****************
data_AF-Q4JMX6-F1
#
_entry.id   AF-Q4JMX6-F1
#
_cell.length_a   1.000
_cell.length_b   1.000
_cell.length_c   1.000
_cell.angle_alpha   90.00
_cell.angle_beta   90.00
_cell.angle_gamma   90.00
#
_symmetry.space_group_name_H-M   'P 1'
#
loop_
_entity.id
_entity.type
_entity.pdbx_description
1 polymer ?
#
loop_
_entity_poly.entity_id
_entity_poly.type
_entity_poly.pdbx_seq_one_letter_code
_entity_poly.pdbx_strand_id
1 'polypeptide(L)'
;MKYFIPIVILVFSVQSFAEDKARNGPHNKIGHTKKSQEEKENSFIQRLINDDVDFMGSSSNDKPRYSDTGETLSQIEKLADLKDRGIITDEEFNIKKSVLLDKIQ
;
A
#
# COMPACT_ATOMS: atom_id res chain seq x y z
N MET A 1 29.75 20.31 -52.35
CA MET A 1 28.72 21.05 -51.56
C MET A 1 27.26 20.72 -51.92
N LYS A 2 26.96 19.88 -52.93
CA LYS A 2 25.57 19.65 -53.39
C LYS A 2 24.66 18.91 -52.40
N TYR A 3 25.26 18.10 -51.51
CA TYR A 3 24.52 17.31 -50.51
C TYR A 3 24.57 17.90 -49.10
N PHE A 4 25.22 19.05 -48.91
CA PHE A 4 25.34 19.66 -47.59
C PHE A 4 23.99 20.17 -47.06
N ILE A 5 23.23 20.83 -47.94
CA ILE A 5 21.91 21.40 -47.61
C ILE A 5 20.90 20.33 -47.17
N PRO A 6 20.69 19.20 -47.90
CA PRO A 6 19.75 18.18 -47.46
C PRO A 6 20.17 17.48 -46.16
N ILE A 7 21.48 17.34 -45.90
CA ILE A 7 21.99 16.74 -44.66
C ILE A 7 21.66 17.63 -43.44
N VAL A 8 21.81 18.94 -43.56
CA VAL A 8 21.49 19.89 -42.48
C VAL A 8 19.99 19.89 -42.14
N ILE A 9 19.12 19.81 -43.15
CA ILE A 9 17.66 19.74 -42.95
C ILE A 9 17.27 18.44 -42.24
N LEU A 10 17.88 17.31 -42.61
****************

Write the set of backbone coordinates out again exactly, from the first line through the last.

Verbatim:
data_AF-Q4JMX6-F1
#
_entry.id   AF-Q4JMX6-F1
#
_cell.length_a   1.000
_cell.length_b   1.000
_cell.length_c   1.000
_cell.angle_alpha   90.00
_cell.angle_beta   90.00
_cell.angle_gamma   90.00
#
_symmetry.space_group_name_H-M   'P 1'
#
loop_
_entity.id
_entity.type
_entity.pdbx_description
1 polymer ?
#
loop_
_entity_poly.entity_id
_entity_poly.type
_entity_poly.pdbx_seq_one_letter_code
_entity_poly.pdbx_strand_id
1 'polypeptide(L)'
;MKYFIPIVILVFSVQSFAEDKARNGPHNKIGHTKKSQEEKENSFIQRLINDDVDFMGSSSNDKPRYSDTGETLSQIEKLADLKDRGIITDEEFNIKKSVLLDKIQ
;
A
#
# COMPACT_ATOMS: atom_id res chain seq x y z
N MET A 1 29.75 20.31 -52.35
CA MET A 1 28.72 21.05 -51.56
C MET A 1 27.26 20.72 -51.92
N LYS A 2 26.96 19.88 -52.93
CA LYS A 2 25.57 19.65 -53.39
C LYS A 2 24.66 18.91 -52.40
N TYR A 3 25.26 18.10 -51.51
CA TYR A 3 24.52 17.31 -50.51
C TYR A 3 24.57 17.90 -49.10
N PHE A 4 25.22 19.05 -48.91
CA PHE A 4 25.34 19.66 -47.59
C PHE A 4 23.99 20.17 -47.06
N ILE A 5 23.23 20.83 -47.94
CA ILE A 5 21.91 21.40 -47.61
C ILE A 5 20.90 20.33 -47.17
N PRO A 6 20.69 19.20 -47.90
CA PRO A 6 19.75 18.18 -47.46
C PRO A 6 20.17 17.48 -46.16
N ILE A 7 21.48 17.34 -45.90
CA ILE A 7 21.99 16.74 -44.66
C ILE A 7 21.66 17.63 -43.44
N VAL A 8 21.81 18.94 -43.56
CA VAL A 8 21.49 19.89 -42.48
C VAL A 8 19.99 19.89 -42.14
N ILE A 9 19.12 19.81 -43.15
CA ILE A 9 17.66 19.74 -42.95
C ILE A 9 17.27 18.44 -42.24
N LEU A 10 17.88 17.31 -42.61